Paralyzed, Jack continued to stare at the cooler door. “One of the victims witnessed a murder I’m investigating. I think the suspect killed them.” He fondled the handle of his gun again, clearly debating whether to remove it from its holster. He pulled it out briefly and placed it back.
“The gun won’t help.” Annie advised. She summoned a glass vial. “This will, though.” She tossed the small glass bottle to him.
“What . . .” Jack caught it and examined the clear liquid inside.
“Throw that close to the ground beside whoever might be in here.”
Annie strolled to the cooler. Her hand grazed the cool handle, and her gut screamed out a warning. “It’s not your suspect who killed them.” She pulled on the handle. A rush of cold air blew out as the door swung open.
With shaky hands, Jack drew his gun, she heard a click.
“I told you a gun won’t help.”
“Who the hell are you?”
In her own adrenaline rush, that high just before a vampire fight, Annie summoned an ash stake; her hand wrapped around it tightly and held it out in front of her.
“Uh, what the hell is that? A stake. Is this holy water? Vampires?” his voice raised a few octaves, in realization and fear. Annie recognized his fear.
The vampire is going to kill him. “Stay behind me and run like hell if something comes at you.”
Annie entered the cooler, her flashlight rolling over the walls and shelves. There were five industrial-sized storage units stacked inside the cooler two bodies deep; each contained four shelves. The overflow bodies lay on gurneys pushed up against the wall. There was very little room to maneuver in the small space.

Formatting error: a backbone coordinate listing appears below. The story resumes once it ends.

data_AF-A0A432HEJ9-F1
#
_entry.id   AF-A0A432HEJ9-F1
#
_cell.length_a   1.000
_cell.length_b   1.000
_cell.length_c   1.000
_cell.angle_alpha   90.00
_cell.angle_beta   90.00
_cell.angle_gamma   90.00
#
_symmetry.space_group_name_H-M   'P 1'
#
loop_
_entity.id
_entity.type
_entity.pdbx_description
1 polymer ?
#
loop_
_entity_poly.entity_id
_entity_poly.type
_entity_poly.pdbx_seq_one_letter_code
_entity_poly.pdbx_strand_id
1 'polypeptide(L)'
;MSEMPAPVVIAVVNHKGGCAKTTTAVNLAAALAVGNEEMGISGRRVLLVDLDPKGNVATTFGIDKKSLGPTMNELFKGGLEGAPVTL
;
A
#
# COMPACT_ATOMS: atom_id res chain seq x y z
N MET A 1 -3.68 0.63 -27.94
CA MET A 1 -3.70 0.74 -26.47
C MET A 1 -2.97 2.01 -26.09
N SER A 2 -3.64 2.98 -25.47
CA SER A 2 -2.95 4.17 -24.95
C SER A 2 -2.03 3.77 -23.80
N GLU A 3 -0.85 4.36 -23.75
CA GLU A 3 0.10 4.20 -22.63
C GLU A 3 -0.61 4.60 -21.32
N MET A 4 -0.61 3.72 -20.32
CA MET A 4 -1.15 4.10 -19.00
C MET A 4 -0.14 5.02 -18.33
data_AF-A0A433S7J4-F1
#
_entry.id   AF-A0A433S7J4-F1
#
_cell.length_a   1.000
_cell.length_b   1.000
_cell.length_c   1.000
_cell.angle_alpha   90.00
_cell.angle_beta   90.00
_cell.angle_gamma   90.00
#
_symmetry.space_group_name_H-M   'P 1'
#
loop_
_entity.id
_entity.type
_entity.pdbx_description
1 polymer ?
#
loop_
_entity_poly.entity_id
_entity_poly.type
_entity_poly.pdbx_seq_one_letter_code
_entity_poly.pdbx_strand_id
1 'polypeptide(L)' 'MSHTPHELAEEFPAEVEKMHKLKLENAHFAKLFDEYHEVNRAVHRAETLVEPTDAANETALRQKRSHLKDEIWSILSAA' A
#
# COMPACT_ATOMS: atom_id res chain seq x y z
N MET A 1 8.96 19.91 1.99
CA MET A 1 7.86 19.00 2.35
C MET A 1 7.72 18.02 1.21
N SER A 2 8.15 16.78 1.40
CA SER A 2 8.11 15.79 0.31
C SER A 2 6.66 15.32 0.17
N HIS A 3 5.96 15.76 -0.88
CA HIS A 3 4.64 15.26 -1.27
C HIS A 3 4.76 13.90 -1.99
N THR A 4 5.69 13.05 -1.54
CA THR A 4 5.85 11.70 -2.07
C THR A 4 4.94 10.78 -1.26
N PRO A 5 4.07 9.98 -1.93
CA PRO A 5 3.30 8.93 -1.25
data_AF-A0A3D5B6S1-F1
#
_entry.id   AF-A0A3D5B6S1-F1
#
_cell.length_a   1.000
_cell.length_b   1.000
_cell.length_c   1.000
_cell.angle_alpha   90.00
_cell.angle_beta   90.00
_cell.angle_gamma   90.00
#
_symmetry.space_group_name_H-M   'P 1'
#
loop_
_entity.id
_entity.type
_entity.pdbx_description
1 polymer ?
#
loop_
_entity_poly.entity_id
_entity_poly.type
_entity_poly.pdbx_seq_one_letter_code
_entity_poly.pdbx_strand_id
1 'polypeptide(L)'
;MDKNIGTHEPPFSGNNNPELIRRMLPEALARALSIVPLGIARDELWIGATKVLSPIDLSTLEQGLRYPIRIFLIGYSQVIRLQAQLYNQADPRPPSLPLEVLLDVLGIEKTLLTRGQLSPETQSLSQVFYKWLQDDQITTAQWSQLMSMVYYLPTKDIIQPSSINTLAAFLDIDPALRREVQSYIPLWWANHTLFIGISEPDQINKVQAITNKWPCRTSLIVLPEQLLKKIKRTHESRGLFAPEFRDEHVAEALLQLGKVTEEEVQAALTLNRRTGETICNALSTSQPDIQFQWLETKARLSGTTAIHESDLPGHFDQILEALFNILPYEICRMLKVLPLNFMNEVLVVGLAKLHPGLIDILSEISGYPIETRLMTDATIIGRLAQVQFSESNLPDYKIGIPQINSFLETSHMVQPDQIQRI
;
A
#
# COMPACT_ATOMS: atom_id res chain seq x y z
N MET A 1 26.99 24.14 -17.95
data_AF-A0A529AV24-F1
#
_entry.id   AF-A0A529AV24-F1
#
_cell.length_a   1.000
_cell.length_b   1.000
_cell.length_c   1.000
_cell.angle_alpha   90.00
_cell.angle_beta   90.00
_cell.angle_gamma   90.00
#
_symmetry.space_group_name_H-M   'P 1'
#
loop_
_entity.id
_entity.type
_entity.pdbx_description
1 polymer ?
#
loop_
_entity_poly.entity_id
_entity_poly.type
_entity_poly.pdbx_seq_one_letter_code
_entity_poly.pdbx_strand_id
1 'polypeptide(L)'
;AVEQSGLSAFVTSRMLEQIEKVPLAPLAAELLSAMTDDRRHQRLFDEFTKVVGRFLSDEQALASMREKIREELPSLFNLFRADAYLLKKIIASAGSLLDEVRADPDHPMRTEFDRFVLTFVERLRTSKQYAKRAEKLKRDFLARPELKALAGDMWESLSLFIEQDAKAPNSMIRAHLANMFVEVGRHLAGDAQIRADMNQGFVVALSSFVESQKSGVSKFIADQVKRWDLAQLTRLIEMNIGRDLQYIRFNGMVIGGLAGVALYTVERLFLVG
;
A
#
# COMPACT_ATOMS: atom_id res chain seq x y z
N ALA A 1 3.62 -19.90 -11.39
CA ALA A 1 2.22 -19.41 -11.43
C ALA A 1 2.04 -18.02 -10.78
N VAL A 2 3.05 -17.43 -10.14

The bodies lay in plastic body bags, some of which were neatly zippered while others were open, appendages hanging over the sides.
Annie chose to start with the gurneys, assuming the newest bodies resided there. She checked the first toe tag. Jack cocked his gun.
“Put it away,” she said. “It’s not going to help. The holy water will.”
The first toe tag belonged to Jeffrey Marcus, dead as of two weeks prior and not a victim. Replacing the tag, Annie zippered up the bag and moved to the next body. “If you haven’t figured it out yet, I’m not from the CPD. I’m part of the Wizard Guard, an organization of magical police officers.” Checking the next toe tag, Annie highlighted the name, dropped the tag and moved on to the next body.
“Is this a joke? I should arrest you for tampering with evidence.”
“Why would I make this up? I’m a witch. I do magic.”
Scratch . . . scratch . . . Annie swung around and scanned the room with her flashlight, examining the body bags for movement. There’s so many here, she thought. It was quiet except for the freezer’s compressor. Annie returned to her search, seeing nothing move.